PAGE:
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   Day after day, the vast cultural legacy stored in Italy's libraries and archives is in constant danger of sustaining massive losses. It is not just the most ancient documents that are in jeopardy: in fact, because these were made using materials that are more durable than those employed in the modern age, they are less imperilled than countless documents created throughout the 19th century, and even some made in more recent times.

The same is also true of books: a medieval codex made using parchment and wooden (cover) boards is far more resistant to the rigours of time than one of today's cheap editions manufactured from recycled paper. But just like medieval works, the latter also represent "valuable material evidence of our civilization", so we must work to ensure that these too are adequately safeguarded in order that they be transmitted to future generations, if only to remain faithful to Article 9 of our Constitutional Charter.

If, on the one hand, the preservation of such materials (which only on the face of it represent a marginal component of our cultural heritage) is of fundamental importance to our society, on the other hand they pose an unusually complex challenge. Suffice to say that this class of cultural heritage is perhaps the only one whose use (i.e. consultation) is based on in its being mechanically stressed through handling. But at the same time, what would be the point of preserving a collection of books or an archival fund made inaccessible to scholars? Any collection would lose its raison d'être if this were the case. This is the challenge then: to make accessible an impressive body of cultural patrimony (both in terms of size and quality) and, at the same time, ensure that future generations will also be able to enjoy and benefit from the same resources. The Italian Association of Library and Archival Heritage Curators and Conservators (Associazione Italiana dei Conservatori e Restauratori degli Archivi e delle Biblioteche, AICRAB) brings together professionals who, on a daily basis, working with passion and dedication, are fully committed to meeting this challenge.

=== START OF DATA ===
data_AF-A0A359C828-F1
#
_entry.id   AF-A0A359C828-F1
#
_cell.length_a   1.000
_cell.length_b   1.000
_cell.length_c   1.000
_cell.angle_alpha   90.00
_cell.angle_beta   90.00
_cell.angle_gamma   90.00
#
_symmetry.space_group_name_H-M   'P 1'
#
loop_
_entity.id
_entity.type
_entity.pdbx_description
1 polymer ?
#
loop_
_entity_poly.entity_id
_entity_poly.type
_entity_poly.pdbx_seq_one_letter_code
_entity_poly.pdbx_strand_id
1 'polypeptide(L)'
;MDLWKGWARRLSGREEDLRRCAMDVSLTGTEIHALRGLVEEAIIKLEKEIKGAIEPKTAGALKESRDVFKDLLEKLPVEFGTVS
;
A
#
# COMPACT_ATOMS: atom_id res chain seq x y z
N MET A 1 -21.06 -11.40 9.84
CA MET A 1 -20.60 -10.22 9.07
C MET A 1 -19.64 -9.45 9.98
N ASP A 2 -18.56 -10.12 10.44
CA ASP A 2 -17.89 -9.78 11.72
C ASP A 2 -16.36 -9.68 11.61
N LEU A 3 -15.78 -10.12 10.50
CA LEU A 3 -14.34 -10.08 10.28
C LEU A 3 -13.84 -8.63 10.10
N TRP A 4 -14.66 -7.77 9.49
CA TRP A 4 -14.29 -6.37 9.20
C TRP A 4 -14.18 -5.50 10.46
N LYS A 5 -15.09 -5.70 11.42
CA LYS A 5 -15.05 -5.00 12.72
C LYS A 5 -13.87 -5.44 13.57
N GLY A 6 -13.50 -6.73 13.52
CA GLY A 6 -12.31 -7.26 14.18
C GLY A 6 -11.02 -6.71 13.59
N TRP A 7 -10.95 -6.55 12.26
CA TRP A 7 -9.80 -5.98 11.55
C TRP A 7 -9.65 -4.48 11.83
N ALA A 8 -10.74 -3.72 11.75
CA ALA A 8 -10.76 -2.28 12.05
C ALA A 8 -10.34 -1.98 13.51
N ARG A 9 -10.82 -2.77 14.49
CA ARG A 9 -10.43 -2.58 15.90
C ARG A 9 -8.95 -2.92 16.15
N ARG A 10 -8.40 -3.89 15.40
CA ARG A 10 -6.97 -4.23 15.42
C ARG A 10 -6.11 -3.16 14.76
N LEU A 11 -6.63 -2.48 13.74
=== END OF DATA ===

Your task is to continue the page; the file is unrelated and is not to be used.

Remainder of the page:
AICRAB is the only national organization that unites archivists, librarians and conservators dedicated to the preservation of Italy's library and archival heritage. Some of AICRAB's members do not originate from the aforementioned fields, but nonetheless share an interest in the association's key objectives. One of AICRAB's fundamental goals is that of increasing awareness by developing training programmes and promoting studies and research in all areas related to the preservation of library and archival heritage. Particular attention is paid to fostering training initiatives and the updating of professionals in the field. The Association also publishes and distributes the latest technical and preservation-related information, and works to perfect the most suitable methods and techniques to employ in the safeguarding (i.e. damage prevention), maintenance and conservation of documentary materials held in Italy's many archives and libraries.